Spring has officially arrived! Commence Spring cleaning and light eating! Of course, here in Charleston, Spring is more reminiscent of summer in normal, non-Southern regions. Since March began I’ve been to the beach twice and already have tan lines. I’d call it a solid start to the season. Other than lounging like a dead person in a beach chair, my other favorite spring activity is creating light and delicious recipes. Here’s one of my favorites….
Easy Asian Peanut Noodles
Technically makes 2 SERVINGS, but who are we kidding, you’re probably going to want that whole bowl to yourself.
I’m a huge proponent of Ramen noodles. They’re super cheap, around 30¢ when you buy in bulk. They cook fast. They’re delicious and versatile. This is my other favorite Ramen recipe which uses many of the same ingredients and tastes amazing on a cold, rainy day.
- 1 package Ramen – 70¢ or cheaper if you buy in bulk
- 2 tablespoons peanut butter – about $2.50 for a 16 ounce jar
- 1 teaspoon rice vinegar – about $3 for a 10 fluid ounce bottle
- 1 1/2 tablespoons warm water – FREE
- 1/2 teaspoon sesame oil – about $3 for an 8 fluid ounce bottle
- 1/2 teaspoon honey – about $2.50 for a 12 once jar
- 1/4 teaspoon minced or grated ginger – about $2.50 for a 23g jar or about $1.50 for a fresh branch
- 1 tablespoon soy sauce – about $3 for a 10 fluid ounce bottle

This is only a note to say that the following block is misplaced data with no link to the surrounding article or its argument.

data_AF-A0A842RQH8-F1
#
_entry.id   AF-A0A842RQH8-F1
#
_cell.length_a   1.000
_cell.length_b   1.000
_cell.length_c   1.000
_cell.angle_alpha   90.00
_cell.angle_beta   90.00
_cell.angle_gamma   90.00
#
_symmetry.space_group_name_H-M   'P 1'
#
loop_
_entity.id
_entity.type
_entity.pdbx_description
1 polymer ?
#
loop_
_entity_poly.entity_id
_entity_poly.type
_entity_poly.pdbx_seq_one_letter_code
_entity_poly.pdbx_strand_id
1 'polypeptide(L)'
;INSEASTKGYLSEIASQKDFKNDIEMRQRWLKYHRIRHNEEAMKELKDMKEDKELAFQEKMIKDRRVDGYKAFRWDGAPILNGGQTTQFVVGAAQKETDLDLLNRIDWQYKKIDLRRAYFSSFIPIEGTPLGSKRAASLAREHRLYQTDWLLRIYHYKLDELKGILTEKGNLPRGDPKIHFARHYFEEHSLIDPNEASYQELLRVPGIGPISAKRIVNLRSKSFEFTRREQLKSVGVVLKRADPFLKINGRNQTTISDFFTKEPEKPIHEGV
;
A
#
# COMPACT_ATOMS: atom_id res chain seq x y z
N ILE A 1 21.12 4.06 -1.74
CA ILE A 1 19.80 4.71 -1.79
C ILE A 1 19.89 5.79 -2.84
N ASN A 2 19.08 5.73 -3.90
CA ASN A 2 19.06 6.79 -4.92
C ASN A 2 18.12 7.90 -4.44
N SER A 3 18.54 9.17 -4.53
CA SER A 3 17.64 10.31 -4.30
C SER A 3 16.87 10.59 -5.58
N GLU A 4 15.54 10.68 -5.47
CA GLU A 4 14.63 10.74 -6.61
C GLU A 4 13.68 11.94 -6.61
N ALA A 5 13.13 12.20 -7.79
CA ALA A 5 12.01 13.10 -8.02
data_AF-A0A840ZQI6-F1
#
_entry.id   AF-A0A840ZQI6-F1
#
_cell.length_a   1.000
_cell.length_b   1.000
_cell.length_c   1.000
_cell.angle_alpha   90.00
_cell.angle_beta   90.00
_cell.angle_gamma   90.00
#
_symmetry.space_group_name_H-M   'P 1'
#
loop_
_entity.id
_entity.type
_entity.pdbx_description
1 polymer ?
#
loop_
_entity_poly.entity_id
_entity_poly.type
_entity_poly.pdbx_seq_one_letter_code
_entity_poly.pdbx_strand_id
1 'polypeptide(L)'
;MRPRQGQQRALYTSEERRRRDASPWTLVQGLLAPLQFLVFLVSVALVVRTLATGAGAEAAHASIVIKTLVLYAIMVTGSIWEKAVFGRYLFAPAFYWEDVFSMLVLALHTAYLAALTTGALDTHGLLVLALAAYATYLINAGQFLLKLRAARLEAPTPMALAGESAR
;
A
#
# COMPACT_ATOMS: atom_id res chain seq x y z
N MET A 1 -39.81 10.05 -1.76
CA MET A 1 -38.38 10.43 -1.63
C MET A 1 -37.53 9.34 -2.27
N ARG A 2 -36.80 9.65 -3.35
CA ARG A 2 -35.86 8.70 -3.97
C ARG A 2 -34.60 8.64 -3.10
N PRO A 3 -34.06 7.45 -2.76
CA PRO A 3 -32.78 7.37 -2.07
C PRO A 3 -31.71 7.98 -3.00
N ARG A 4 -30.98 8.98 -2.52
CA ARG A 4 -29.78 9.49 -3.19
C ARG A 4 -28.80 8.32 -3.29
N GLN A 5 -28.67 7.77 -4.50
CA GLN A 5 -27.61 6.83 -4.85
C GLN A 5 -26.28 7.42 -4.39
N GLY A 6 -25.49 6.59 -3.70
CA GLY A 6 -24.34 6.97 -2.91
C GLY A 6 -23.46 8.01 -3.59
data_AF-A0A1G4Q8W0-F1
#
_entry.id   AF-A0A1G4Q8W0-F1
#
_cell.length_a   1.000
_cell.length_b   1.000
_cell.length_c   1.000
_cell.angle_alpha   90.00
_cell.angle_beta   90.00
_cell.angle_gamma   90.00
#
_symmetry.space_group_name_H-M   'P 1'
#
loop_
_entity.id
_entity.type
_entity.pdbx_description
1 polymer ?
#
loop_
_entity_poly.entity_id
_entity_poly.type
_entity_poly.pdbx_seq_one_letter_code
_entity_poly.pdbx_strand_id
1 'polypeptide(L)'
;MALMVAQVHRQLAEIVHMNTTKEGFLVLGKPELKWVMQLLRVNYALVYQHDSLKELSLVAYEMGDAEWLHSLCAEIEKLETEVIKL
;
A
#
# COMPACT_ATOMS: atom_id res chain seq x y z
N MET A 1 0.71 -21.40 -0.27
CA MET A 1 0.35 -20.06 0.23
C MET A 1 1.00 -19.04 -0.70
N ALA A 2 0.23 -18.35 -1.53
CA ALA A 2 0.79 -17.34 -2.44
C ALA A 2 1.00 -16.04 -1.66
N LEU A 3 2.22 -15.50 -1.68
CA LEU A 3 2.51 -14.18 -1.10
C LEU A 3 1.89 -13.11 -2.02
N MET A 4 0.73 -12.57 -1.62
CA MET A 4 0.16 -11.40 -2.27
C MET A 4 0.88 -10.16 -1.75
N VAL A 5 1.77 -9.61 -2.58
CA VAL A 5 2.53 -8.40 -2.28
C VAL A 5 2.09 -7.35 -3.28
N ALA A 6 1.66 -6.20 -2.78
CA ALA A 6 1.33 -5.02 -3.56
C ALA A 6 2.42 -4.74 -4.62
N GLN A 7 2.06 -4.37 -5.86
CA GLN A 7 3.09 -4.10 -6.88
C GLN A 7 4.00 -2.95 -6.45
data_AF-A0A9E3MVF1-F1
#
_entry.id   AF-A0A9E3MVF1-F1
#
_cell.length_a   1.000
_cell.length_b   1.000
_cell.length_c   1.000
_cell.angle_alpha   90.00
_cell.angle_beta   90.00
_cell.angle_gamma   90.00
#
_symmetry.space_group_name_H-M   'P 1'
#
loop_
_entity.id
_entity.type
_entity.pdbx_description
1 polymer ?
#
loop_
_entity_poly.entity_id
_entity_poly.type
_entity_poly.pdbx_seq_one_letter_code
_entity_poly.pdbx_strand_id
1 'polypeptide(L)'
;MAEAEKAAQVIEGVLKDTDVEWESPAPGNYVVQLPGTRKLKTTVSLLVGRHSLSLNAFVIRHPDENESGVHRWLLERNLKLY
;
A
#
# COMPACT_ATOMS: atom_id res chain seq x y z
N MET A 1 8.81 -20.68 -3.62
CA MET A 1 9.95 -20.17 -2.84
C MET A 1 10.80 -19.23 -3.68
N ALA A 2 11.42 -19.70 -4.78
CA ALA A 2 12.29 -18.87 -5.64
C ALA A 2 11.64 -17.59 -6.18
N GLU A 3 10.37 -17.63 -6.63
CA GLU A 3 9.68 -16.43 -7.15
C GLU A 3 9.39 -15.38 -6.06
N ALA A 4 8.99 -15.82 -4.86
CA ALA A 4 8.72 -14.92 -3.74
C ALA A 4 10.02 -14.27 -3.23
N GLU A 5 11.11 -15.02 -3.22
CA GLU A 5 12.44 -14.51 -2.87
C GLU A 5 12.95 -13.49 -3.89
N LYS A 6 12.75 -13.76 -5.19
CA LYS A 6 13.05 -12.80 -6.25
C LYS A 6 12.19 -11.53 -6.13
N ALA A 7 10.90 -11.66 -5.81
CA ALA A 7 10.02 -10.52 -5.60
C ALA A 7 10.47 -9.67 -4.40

- 1/2 teaspoon Chinese chili paste (like Sriracha) – about $3 for a bottle that will last a long time
Garnish (All ingredients optional. You can always pick and choose a few that sound good to you)
- 1 tablespoon fresh cilantro – about $2 for a large bunch/ 1 oz
- 1/2 bell pepper, sliced lengthwise – about $1.50 per pepper
- 1/4 cucumber, sliced– about $1.50 per cucumber
- 2 oz firm tofu, diced – about $2 for a 10 ounce package
- 1 head of baby bok choy, blanched and chopped – about $1.50 per bok choy
Approximate cost: $6, which makes 2 servings at $3 each
Approximate cooking time: 5 minutes
*A note on Rice Vinegar and Sesame Oil: This Chinese version of vinegar is a clear liquid with a less acidic taste than typical vinegar. If you’re hesitant to buy a bottle just for making this recipe, here are three other ways Rice Vinegar comes in handy: 1.) Douse fresh veggies in rice vinegar for a snack. I suggest julienned carrots and jicama. They taste similar to the pickled veggies that are served in Japanese restaurants. 2.) Add one tablespoon of rice vinegar to white or brown rice for a consistency and taste similar to sushi rice. 3.) Add rice vinegar to homeade salad dressings. I’m particularly fond of this one. Similarly, Sesame Oil can be used in salad dressings, stir frys, and on rice.
Bring a pot of water to a steady boil over high heat. Add the Ramen noodles (omit the spice packet). Cook for about 3 minutes. Drain Ramen and set aside in a bowl to cool. Mix the peanut butter, rice vinegar, warm water, sesame oil, honey, minced ginger, soy sauce, and Chinese chili paste together in a bowl. Mix noodles into mixture. Add desired garnish.
I used cilantro and bell peppers in mine. My one packet of ramen counted as 2 servings of grain; the peanut butter is one serving of protein; add some veggies and you’ve got a simply delicious and balanced meal. One I could not stop taking pictures of….
What I’m Snacking on Right Now: Trader Joe’s Organic Sandwich Pickles…I’m a pretty big fan of anything with zero calories and still tastes delish
What I’m Listening to Right Now:
Yeah, you wish I was kidding. Sadly, I have a special spot in my heart for excruciatingly bad, yet addicting pop songs such as this.